INDIANAPOLIS Ryan Hunter-Reay slid into a seat next to Simon Pagenaud and E.J. Viso after the final practice for the Indianapolis 500, and then started to rattle off what he had learned.
"The Hondas turned up their power," Hunter-Reay said, "which we were expecting."
"They always play that game," Viso added with a smirk.
"Yeah," Hunter-Reay said, elbowing Pagenaud in the ribs. "Why don't they do that all week?"
"I'm not the person to ask!" the Frenchman replied.
Hunter-Reay and Viso were among the fastest cars Friday, just as the Andretti Autosport teammates have been all week and just as most of the Chevrolet-powered cars have been this month.
But what stuck out to Hunter-Reay was yet another rally by the Honda machines.
Pagenaud topped the chart with a fastest lap of 225.827 mph, and Honda had six of the 10 fastest cars on Carb Day. That performance raised comparisons to last year, when Chevrolet dominated all month but Dario Franchitti won on race day with a Honda engine.
"The Honda mentality is to go racing, and that's exactly what they're doing," Pagenaud said. "They've provided us with an engine that's clearly a lot better, and it's a good sign for the race."
Scott Dixon was fourth-fastest and Franchitti, his Ganassi teammate, was sixth. James Jakes was seventh, Katherine Legge was eighth and Alex Tagliani was 10th.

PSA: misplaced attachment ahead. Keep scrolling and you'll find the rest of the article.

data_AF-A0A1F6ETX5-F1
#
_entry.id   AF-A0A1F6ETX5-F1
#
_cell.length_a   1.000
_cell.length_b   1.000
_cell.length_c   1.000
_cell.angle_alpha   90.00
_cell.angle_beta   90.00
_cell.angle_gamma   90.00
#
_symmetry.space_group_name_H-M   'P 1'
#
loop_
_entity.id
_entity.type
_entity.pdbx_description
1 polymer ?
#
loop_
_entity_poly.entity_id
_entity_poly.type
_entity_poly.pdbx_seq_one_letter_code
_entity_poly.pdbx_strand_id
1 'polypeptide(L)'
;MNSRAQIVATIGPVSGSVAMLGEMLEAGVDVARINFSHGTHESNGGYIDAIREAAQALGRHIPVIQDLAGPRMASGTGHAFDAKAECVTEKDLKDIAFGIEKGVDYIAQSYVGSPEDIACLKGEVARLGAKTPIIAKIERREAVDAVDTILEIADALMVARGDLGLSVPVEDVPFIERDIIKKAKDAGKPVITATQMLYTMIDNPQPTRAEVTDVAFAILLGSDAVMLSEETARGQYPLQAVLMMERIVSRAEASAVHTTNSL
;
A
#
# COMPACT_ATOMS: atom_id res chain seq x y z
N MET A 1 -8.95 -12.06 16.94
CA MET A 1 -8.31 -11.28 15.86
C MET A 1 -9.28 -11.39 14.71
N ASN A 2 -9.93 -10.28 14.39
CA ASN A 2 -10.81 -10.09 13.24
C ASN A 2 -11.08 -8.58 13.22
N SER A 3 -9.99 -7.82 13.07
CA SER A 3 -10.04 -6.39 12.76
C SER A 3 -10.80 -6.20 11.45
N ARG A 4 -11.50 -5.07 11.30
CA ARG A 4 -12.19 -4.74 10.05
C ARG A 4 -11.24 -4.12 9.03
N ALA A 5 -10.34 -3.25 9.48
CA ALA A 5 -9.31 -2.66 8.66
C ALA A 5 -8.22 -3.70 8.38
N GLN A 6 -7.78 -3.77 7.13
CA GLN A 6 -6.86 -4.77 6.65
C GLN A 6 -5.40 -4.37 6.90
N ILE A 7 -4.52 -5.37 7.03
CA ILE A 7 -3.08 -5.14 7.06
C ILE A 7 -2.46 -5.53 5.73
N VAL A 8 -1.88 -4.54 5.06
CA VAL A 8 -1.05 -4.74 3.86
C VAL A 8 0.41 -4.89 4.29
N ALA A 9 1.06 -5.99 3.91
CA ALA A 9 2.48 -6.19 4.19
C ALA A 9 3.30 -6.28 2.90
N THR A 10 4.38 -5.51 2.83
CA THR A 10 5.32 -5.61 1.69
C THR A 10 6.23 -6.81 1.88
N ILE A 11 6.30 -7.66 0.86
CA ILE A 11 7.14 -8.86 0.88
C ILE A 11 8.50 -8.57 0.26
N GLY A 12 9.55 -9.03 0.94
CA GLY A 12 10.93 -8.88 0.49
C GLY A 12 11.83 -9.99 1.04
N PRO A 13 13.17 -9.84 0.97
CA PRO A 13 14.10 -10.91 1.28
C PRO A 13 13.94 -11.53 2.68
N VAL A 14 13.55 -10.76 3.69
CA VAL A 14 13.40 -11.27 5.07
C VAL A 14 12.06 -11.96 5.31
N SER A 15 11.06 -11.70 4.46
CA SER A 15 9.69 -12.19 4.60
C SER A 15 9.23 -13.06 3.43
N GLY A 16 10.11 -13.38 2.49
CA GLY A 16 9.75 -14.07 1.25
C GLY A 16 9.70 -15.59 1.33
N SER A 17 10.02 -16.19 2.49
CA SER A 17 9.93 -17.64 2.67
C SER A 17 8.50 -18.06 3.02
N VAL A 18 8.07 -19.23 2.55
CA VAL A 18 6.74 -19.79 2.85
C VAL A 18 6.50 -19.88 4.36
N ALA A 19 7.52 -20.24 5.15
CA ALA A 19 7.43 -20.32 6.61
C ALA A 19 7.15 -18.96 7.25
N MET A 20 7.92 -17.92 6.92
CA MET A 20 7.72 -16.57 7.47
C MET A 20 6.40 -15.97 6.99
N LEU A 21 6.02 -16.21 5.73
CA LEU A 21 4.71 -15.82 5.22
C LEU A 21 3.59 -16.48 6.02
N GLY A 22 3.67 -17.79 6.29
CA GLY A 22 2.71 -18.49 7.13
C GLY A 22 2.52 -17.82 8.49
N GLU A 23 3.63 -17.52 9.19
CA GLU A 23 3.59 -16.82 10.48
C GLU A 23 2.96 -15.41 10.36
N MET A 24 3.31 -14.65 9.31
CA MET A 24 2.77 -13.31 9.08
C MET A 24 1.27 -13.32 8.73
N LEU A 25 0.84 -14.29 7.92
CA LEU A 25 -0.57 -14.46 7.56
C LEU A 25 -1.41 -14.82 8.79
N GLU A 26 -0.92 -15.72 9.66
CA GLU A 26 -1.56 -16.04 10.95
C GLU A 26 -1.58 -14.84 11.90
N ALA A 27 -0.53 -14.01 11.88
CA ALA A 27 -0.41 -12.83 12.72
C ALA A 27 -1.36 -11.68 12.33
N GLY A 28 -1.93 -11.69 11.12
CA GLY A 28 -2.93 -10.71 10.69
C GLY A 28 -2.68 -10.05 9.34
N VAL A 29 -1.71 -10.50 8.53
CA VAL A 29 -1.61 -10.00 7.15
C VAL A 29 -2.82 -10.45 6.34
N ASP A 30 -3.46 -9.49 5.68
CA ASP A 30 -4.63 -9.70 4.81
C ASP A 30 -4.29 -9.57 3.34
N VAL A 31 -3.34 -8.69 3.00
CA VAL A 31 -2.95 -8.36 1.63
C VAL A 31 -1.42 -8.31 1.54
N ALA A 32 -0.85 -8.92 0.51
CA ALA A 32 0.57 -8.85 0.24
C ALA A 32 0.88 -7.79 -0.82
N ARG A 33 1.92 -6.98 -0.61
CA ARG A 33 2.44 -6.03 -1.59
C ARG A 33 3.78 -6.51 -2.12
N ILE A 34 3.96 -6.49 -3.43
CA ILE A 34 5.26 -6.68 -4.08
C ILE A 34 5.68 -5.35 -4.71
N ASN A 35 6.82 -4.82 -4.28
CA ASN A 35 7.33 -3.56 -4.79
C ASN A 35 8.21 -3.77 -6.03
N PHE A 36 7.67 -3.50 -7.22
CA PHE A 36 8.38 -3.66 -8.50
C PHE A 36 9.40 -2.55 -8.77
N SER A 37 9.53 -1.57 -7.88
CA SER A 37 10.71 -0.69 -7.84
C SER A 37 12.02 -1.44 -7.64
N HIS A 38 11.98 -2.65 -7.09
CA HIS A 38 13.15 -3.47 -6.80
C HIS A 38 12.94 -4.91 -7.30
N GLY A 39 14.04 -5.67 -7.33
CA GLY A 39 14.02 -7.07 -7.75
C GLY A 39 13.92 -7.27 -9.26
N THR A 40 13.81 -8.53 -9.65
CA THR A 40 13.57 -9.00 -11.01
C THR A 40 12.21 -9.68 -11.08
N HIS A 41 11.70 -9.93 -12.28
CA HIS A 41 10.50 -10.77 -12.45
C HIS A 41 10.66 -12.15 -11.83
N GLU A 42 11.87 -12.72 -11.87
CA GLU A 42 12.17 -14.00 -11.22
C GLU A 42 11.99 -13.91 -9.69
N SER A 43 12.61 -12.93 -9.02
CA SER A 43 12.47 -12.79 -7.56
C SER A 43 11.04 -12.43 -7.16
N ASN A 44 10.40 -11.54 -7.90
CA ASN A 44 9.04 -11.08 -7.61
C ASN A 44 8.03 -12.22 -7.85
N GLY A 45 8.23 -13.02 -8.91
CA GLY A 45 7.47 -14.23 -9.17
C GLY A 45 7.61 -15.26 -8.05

"We've got a car we can fight with," said Franchitti, who will start Sunday's race from the sixth row. "We're a lot closer and we're in the fight."
That's not to say there isn't plenty of power still in the Chevrolets.
After all, that's what Andretti is running.
Viso was second-fastest with a lap of 225.305 mph, and Hunter-Reay was third with a lap of 225.053 mph.
Sebastien Bourdais was fifth-quickest Friday for Dragon Racing, while Marco Andretti landed the third of Andretti Autosport's five Indy 500 entries in the fastest 10.
In Friday's Freedom 100, Peter Dempsey made Indy history in the blink of an eye. The Irish native looked inside, then darted outside and outraced three other drivers down the front straightaway to win by 0.0026 seconds over Colombia's Gabby Chave the closest oval finish ever on the world-famous 2.5-mile track.
Fans will have to leave their big coolers of beer at home as part of tighter security at Sunday's big race. Speedway spokesman Doug Boles says new security steps are a response to the Boston Marathon bombing and are designed to control access to the speedway and ensure police know who's at the track.
When: Sunday, 9 a.m.
Where: Indianapolis Motor Speedway
Distance: 500 miles, 200 laps
TV: Pre-race, 8 a.m., Ch. 10
Front row: Ed Carpenter, Carlos Munoz, Marco Andretti
Defending champion: Dario Franchitti